The Tower (Princeton, NJ)
Most mornings these days, I roll off of my couch around 7:25 a.m. and race to the bathroom mirror to get ready. As I pop in my contacts and my vision clears, I wonder if I will ever come to accept the image I view in front of me. I come slightly closer to achieving this as I get my eyeliner and mascara going, although a part of me feels guilty for succumbing to this method of an image boost. Who even decided that contoured cheekbones, black eyeliner, and long lashes make someone more attractive? I’ve noted that very frequently, girls will apologize for not wearing makeup, or say something along the lines of “Sorry I don’t look good,” or “Don’t look at me right now.” It has become custom to put on makeup or make an effort to alter one’s appearance everyday, and when you think about it, the entire concept is rather peculiar.
My outlook regarding this matter was very different when I was younger. In eighth grade, I used to conduct my own ugly days. This meant that I would go to school in worn-out athletic apparel, no makeup, and glasses. I felt as though it were important, or eye-opening, to see how people would react when I appeared what could be considered my ugliest. Several boys would ask me why I looked so bad, or so young, and they would also laugh at me. When I started doing stage makeup for Spectacle Theatre freshman year, I once told the girls around me that I didn’t think I was “that ugly.” At this point in my life, I had long, ombré, straightened hair, that was always hanging over my carefully-chosen outfits. When I said this, the nasty looks I got from everyone around me implied that it wasn’t socially acceptable to think or say that. However, had I complained about how ugly I felt, I likely would have prompted the same reaction.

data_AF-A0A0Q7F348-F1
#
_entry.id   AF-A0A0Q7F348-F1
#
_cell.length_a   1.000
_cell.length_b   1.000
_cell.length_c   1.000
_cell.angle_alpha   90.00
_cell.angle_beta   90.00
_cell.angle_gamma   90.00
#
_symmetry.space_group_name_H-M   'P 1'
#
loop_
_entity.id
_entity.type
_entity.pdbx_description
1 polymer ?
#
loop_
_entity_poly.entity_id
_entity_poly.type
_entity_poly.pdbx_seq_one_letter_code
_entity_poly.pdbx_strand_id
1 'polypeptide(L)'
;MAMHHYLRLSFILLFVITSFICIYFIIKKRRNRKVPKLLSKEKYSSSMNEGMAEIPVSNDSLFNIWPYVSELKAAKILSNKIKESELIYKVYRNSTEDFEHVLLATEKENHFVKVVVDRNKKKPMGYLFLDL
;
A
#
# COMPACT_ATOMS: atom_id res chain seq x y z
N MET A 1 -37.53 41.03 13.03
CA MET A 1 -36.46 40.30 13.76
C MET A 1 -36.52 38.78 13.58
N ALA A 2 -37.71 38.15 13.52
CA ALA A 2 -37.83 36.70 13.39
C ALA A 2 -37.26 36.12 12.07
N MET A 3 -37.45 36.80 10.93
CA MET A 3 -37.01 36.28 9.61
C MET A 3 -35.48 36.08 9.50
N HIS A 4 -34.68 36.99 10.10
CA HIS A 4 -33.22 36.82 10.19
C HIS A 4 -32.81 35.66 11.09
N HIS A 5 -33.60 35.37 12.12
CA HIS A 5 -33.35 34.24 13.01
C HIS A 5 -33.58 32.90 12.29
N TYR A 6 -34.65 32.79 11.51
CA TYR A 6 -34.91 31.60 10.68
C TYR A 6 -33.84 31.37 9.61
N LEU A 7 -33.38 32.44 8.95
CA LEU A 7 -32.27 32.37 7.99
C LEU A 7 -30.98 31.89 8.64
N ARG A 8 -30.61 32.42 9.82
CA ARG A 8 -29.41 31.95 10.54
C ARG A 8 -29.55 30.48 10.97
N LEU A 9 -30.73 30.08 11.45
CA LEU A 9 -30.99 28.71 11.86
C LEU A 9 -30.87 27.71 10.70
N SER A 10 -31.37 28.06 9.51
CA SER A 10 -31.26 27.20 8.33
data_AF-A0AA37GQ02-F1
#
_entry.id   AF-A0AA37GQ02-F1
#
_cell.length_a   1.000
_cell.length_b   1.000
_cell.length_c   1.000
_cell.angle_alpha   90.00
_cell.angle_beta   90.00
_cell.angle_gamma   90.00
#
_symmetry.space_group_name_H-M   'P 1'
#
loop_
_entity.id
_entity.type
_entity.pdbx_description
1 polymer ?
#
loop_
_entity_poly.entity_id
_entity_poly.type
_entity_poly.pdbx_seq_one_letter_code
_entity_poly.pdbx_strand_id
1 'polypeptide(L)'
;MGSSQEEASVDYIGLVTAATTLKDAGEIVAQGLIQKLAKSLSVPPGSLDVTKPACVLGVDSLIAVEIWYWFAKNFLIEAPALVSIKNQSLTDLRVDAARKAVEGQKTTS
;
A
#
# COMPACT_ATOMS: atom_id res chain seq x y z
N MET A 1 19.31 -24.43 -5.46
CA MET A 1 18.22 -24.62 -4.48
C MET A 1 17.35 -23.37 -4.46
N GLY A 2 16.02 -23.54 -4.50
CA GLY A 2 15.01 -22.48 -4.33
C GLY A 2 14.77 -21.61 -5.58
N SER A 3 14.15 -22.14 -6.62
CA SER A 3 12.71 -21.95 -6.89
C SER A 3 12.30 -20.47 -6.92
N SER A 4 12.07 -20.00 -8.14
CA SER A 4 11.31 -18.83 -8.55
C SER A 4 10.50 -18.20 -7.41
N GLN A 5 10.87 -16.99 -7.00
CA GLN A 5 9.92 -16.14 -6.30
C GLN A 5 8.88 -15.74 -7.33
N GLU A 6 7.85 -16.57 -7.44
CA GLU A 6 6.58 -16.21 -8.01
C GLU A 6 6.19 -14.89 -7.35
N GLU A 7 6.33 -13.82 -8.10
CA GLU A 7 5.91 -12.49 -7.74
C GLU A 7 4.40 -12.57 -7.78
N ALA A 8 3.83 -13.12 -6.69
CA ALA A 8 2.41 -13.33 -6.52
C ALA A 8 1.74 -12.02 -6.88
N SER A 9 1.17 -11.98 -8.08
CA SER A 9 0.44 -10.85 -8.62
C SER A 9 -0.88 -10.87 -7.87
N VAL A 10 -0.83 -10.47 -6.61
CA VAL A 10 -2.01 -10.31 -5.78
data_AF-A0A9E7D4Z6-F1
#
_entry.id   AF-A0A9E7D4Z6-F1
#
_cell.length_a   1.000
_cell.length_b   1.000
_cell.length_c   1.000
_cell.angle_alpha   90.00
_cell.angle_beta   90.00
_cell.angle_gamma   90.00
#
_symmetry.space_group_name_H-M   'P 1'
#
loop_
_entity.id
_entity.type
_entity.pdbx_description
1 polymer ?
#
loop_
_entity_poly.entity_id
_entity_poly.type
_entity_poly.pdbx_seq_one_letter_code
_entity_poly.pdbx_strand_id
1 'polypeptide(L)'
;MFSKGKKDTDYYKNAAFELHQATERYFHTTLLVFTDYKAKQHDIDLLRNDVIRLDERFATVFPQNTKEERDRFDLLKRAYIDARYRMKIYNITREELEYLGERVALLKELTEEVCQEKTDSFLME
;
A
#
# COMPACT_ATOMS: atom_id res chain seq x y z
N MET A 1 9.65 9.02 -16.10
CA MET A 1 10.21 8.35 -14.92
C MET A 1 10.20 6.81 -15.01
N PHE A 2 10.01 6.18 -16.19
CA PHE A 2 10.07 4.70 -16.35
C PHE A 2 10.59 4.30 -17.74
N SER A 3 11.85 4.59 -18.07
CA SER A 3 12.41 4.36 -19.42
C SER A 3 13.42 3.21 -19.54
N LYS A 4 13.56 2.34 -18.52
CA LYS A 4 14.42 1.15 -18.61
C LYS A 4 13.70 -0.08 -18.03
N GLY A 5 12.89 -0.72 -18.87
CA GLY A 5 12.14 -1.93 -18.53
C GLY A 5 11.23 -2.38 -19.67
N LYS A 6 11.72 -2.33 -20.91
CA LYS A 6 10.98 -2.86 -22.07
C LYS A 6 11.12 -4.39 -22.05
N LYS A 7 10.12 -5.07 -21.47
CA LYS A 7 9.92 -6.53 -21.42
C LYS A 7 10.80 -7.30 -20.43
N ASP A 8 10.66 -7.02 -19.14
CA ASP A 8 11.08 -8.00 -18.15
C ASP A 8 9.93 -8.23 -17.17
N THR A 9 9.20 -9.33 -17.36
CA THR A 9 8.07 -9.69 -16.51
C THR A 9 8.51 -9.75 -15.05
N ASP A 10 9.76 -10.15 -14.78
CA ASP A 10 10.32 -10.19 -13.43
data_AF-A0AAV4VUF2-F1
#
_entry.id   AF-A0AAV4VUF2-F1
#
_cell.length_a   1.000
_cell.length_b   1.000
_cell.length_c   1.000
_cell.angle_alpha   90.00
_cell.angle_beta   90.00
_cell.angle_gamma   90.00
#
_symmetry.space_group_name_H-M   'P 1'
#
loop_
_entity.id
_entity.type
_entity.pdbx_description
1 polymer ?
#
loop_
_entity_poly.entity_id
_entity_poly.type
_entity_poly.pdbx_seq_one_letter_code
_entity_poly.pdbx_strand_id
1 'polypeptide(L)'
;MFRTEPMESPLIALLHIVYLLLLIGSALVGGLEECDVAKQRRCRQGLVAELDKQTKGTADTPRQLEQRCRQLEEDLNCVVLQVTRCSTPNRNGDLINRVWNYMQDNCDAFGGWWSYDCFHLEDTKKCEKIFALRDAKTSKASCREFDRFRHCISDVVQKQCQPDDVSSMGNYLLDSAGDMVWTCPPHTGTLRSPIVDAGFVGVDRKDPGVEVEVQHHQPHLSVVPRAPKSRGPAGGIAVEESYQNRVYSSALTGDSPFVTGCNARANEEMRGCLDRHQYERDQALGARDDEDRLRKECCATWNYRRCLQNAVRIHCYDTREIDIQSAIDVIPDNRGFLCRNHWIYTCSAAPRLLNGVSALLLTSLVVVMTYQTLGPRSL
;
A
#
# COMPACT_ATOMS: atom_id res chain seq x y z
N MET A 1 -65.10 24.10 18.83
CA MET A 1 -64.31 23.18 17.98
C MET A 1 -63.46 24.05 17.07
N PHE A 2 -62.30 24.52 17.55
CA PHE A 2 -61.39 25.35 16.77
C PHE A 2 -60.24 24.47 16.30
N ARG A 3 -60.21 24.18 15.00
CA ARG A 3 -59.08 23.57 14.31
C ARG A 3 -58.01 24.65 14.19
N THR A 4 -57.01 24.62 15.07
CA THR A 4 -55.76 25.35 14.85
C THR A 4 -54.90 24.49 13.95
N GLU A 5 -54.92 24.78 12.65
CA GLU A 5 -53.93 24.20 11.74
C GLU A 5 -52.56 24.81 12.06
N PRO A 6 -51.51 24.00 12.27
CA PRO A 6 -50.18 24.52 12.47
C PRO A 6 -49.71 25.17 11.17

As the years of high school began to fly by, looking pretty became of utmost importance, but it was never a goal that felt attainable. I made more friends than the one person I had when I entered high school, but I felt as though in order to do so—to attract positive attention from others—I needed to look a certain way. It is not as though I dreaded this or subconsciously disagreed, it was just the way my world functioned. I have worked hard and been able to succeed both academically and extracurricularly. But how does one go about improving one’s self-esteem? There is no magic formula for doing so. The weight that I feel when I am walking the halls, self-conscious about my appearance, is a mental burden. I often hear people unabashedly sharing their opinions about the physical appearances of others, and that in turn makes people even more uncomfortable about their own. However, even though I feel all of these things, this never stops me from being concerned with what I feel is more important: being kind and being a good friend to everyone.
One thing I’ve noticed is how inner beauty specifically correlates to outer beauty. People are much more likely to criticize another person’s appearance if they find internal flaws to pick apart. Therefore, I have chosen to emit kindness, friendliness, a sense of humor, and uniqueness, and hope that it comes off stronger than how my appearance projects itself.
I do not believe that self-confidence goes hand-in-hand with beauty. I am extremely proud of myself for being a good person, for keeping my priorities focused on other people, for chasing after my goals, and for minimizing the effects of the rejection I have had to face. So, even though I dislike my physical appearance, I can still be confident in and love the person I am.
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